Thyroid Disease Can Increase Your Birth Risk
Women with thyroid disease are more likely have babies with birth defects even if tests show no problem with the gland during pregnancy.
A study by Johns Hopkins University also showed that babies born to women with overactive or underactive thyroid were at increased risk of heart, brain or kidney defects. They were also more likely to have other anomalies, including cleft lip or palate, or extra fingers.
In addition, infants born to women with underactive thyroid were at increased risk of cardiac problems even if the mothers were on medication. The new research contradicts some earlier studies indicating thyroid disease did not pose fetal risks.
However, those studies were conducted using less sophisticated technology for detecting birth defects. Dr Nagey recommends that doctors consider adding thyroid testing to the routine prenatal diagnostic tests.
If the test indicates the woman has hypothyroidism, a foetal echocardiogram during the 20th week of pregnancy might be warranted.
The researchers studied 101 women (64 with hypothyroidism and 50 with the overactive version, hyperthyroidism) who gave birth at The Johns Hopkins Hospital between December 1994 and June 1999.
Overall, there were 108 pregnancies with 114 fetuses.
Twenty-one babies (18%) had birth defects, including problems in the cardiac, renal and central nervous systems and other disorders such as sunken chest, extra fingers, cleft lip and palate, and ear deformities. Two fetuses died before being delivered.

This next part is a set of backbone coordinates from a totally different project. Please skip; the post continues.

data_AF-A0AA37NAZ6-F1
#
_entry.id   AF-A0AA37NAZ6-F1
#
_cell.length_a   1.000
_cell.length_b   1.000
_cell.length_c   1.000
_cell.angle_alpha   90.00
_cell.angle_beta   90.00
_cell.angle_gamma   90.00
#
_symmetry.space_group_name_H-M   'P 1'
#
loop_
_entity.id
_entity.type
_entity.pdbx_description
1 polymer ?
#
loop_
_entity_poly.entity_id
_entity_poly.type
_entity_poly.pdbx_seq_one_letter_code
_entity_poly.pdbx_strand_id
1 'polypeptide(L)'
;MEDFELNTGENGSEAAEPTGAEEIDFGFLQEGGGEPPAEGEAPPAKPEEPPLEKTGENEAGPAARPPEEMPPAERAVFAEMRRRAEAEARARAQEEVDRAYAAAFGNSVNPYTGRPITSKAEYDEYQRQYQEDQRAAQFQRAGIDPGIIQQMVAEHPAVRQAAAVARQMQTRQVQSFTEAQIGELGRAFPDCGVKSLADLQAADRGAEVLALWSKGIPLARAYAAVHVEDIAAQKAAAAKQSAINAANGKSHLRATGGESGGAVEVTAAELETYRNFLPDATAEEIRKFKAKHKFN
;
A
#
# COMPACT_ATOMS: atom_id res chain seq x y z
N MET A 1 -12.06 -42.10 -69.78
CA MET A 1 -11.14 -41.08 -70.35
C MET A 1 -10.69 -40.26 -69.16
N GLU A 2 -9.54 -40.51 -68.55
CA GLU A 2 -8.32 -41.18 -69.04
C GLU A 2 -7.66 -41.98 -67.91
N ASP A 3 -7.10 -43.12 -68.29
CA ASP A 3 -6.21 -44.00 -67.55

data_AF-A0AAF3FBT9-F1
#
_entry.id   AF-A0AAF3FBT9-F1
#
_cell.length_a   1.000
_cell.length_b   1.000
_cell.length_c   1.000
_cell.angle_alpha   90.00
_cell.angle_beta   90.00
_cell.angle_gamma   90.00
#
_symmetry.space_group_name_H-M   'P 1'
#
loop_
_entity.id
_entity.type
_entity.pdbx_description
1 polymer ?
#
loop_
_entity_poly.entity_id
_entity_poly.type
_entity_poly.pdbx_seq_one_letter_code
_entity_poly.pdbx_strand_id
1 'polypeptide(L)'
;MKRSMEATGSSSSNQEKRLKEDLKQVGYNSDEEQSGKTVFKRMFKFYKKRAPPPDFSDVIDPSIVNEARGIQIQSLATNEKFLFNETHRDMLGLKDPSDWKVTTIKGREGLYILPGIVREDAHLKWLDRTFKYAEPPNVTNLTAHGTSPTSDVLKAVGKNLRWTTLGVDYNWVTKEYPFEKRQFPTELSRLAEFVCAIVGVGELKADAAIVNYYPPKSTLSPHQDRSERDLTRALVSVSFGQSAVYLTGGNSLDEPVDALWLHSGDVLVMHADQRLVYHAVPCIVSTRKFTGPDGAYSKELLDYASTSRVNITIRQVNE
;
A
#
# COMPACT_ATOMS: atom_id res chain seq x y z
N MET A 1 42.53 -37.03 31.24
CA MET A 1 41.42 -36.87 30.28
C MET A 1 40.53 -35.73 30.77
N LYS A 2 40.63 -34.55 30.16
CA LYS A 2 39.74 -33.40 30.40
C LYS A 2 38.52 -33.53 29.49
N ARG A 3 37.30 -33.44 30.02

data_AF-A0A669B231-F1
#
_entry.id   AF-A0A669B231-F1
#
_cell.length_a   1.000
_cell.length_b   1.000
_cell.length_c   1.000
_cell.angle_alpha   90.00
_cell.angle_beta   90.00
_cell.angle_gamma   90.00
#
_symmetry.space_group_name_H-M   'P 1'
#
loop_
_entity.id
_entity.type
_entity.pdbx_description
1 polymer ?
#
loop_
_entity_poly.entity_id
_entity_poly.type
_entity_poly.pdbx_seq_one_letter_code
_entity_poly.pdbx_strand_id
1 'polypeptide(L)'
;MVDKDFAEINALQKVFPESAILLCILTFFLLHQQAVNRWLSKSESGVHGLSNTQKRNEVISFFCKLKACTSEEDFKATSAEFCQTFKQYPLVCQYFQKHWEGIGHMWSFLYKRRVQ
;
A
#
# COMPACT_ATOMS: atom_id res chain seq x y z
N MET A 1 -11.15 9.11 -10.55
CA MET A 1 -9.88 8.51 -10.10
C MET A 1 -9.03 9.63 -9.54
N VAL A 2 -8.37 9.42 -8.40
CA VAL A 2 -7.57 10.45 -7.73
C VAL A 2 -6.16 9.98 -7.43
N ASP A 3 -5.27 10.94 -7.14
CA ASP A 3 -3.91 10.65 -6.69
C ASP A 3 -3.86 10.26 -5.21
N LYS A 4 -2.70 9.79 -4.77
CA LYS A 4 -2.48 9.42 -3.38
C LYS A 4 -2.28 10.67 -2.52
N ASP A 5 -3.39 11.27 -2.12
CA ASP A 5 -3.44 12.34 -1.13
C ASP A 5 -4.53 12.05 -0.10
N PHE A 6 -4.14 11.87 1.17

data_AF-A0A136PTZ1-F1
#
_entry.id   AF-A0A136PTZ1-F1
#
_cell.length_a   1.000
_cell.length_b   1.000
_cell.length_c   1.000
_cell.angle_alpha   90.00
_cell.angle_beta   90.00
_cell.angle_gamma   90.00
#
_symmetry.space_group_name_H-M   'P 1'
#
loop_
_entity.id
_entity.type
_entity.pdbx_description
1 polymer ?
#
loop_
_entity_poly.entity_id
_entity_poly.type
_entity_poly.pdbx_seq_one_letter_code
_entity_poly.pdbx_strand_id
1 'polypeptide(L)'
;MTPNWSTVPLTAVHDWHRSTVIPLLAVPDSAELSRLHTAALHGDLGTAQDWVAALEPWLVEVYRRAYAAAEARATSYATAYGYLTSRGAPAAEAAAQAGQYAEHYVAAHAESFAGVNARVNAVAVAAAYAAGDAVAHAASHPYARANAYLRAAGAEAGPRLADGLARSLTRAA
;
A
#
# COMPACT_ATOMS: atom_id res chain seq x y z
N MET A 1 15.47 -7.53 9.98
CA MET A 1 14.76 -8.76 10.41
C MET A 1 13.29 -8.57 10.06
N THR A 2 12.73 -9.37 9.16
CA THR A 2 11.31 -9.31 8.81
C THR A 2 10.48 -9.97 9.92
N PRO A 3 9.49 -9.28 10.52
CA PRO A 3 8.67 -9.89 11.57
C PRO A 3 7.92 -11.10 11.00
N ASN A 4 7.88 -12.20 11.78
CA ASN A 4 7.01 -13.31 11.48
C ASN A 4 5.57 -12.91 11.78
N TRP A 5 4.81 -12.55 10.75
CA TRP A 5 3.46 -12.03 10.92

The women with hypothyroidism were more likely than those with hyperthyroidism to have babies with defects.
Researchers believe it is possible the same antibodies that cause the underactive thyroid also could be responsible for the birth defects.
Annual Meeting Of The Society For Maternal-Fetal Medicine In New Orleans January 20, 2002
Even a mild, symptom-free case of thyroid deficiency in a pregnant woman can affect her child’s IQ scores years later. Overall, compared with other children, the offspring of thyroid-deficient mothers had impaired school performance and lower scores on tests of attention, language, and visual-motor performance.
Screening women for thyroid problems should be part of routine prenatal testing because it could help to reduce miscarriages, since new research has shown that pregnant women with under-active thyroid glands have a four-fold increased risk of miscarriage in the second three months of pregnancy than other women.
If you are pregnant it will be important to get your thyroid function tested. There are several ways you can do this. One needs to measure FREE hormone levels in addition to a TSH level. Be sure and use the far more sensitive Free T3 and Free T4 when you test as this and the modified TSH reference range (above 1.5 – abnormal) will pick up many cases of low thyroid, but not all. It is not uncommon to see a patient with a compromised thyroid, yet all the blood tests come back as “euthyroid”, meaning “well thyroid”.
Eric Bakker ND